Posted by: Venessa Wong on November 19, 2009
American Eagle Outfitters (AEO) is giving its shoppers 15 seconds of fame. A 15,000 square foot LED display atop the retailer’s new store in Times Square, which opened on November 19, is adding more flash to New York’s busy hub. Anyone who makes a purchase can broadcast a photo and a 20 character-long message on the screen, which towers over the corner of 46th Street and Broadway. Already, one man popped the question on the big screen (she said yes).
I headed to the new store this afternoon and took a photo with my BusinessWeek colleague Anne Vandermey. One of the AE staffers operating the studio, which is in the lower level, said that in the last hour he had photographed more than 50 people (some in groups). They came from Ireland, the U.K., Germany, Australia and other countries.
Along with other customers, we went across the street to Father Duffy Square, the pedestrian plaza where the TKTS box office is, and waited to see our photo appear. It takes 15 minutes, on average, from the time the photo is taken. Indeed, it was gigantic.
"The goal is to create the newest landmark in Times Square for customers, tourists, and New Yorkers," and offer customers a different experience, says Steve Kubinski, senior director of marketing for the AE brand.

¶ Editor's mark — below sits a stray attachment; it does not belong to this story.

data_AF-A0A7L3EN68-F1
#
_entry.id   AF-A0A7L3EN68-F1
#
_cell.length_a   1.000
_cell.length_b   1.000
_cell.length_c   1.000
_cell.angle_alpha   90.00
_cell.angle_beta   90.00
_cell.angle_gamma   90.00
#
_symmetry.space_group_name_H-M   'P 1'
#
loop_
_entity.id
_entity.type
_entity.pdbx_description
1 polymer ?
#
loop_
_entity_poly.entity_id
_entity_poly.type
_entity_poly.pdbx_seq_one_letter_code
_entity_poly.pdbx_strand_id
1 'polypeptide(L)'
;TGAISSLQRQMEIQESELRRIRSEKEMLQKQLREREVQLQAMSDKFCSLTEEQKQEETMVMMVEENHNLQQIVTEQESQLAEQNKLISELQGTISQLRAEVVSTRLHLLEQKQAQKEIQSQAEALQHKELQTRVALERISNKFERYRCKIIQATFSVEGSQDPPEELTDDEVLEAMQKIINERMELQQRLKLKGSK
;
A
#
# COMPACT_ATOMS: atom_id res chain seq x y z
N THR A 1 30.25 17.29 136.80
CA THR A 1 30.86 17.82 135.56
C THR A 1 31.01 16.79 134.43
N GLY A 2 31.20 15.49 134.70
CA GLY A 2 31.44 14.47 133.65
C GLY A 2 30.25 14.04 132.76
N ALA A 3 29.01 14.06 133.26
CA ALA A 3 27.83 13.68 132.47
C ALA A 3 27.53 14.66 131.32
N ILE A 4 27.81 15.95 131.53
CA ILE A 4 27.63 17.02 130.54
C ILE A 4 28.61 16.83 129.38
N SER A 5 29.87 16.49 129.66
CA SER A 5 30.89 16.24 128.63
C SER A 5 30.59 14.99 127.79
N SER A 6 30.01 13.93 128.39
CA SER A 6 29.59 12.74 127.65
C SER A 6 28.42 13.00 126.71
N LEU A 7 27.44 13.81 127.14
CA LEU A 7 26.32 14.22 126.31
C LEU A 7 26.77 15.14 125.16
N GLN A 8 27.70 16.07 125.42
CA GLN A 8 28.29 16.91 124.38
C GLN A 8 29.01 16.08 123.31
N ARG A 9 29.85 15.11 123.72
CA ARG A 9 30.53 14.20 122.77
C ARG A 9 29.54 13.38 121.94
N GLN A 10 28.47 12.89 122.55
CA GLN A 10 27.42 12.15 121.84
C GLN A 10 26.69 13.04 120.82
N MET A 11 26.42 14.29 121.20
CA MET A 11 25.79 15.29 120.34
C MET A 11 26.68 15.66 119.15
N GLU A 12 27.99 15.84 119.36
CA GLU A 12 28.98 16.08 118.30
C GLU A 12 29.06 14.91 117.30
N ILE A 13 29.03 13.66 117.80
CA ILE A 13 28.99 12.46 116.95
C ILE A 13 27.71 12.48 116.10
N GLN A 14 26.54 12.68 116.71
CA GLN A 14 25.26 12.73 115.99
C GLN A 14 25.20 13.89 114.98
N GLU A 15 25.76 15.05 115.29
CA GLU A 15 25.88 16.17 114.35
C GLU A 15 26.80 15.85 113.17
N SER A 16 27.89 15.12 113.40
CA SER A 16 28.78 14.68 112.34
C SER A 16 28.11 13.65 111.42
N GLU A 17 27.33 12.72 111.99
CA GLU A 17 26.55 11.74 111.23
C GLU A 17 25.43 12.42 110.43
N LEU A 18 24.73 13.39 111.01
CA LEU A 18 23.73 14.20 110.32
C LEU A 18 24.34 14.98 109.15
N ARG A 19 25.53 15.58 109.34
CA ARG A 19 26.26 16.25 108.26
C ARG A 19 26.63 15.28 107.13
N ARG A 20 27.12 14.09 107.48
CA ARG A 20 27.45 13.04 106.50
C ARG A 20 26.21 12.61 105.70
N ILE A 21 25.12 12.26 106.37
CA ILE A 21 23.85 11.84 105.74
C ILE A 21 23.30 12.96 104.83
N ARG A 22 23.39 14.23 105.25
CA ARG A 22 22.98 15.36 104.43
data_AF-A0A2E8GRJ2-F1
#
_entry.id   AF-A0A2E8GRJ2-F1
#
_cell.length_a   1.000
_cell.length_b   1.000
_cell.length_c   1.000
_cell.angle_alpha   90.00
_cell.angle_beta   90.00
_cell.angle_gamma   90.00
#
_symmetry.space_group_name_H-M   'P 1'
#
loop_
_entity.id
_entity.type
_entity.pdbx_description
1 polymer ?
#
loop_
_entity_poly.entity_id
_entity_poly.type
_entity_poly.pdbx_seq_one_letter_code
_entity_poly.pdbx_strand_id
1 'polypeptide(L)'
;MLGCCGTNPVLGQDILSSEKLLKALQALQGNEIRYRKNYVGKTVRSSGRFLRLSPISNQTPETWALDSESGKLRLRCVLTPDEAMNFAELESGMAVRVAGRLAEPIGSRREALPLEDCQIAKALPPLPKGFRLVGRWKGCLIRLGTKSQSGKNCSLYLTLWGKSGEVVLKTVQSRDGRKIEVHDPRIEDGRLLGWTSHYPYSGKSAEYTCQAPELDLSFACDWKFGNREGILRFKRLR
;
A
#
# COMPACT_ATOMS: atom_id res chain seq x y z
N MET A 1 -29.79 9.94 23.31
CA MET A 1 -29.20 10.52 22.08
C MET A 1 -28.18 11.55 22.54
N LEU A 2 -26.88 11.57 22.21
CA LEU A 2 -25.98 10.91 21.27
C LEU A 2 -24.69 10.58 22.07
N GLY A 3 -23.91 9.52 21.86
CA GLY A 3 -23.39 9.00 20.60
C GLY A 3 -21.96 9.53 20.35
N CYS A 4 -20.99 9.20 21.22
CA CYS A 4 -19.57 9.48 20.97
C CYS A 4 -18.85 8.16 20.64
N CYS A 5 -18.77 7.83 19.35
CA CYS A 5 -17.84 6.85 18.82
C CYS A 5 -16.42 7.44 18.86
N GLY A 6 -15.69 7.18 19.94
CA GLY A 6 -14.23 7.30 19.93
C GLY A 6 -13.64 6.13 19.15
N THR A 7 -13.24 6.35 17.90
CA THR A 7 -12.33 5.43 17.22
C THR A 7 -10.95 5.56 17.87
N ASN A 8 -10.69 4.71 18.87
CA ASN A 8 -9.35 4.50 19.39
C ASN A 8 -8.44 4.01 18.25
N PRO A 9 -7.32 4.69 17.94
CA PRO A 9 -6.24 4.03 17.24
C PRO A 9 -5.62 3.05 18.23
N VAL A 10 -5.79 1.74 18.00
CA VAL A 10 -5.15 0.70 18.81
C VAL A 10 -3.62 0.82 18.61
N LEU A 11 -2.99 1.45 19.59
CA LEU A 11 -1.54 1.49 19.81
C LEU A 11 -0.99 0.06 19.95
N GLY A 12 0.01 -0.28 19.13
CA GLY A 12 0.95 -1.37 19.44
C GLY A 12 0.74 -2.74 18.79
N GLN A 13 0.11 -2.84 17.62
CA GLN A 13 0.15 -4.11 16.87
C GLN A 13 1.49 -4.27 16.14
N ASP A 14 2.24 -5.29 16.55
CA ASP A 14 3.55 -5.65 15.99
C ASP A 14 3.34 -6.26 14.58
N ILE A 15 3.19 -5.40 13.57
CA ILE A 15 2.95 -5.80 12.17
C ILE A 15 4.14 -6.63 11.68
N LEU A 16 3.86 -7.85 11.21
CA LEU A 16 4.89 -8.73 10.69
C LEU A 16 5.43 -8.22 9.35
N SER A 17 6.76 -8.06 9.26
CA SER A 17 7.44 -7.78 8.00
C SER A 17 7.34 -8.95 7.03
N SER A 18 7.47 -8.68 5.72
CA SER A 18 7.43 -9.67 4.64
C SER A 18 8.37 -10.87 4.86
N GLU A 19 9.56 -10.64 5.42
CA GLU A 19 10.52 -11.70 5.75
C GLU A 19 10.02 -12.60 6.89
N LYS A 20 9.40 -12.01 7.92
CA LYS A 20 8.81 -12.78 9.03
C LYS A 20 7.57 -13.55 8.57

Partners on this project include the Barnycz Group, a design firm in Baltimore, Md. that specializes in large-scale installations, Barco, a Belgian high-resolution LED and display company, and R/GA, a digital advertising company in New York.
R/GA also worked on the Reuters and NASDAQ displays in Times Square. This time, "The inherent challenge is the shape. It's not a rectangle," says John Jones, R/GA's executive creative director for retail. In total, the display has 12 panels that face different directions and play different content, including photography, ads and messages inviting observers to take their photo. It is controlled by four computers, and two additional computers manage indoor displays.
American Eagle Outfitters does not plan to install displays elsewhere. Competition for people's attention in Times Square is fierce, but the company believes the installation will draw traffic through the store. With one of the biggest displays in this bustling location, "We will reach a lot of new people," says Kubinski.
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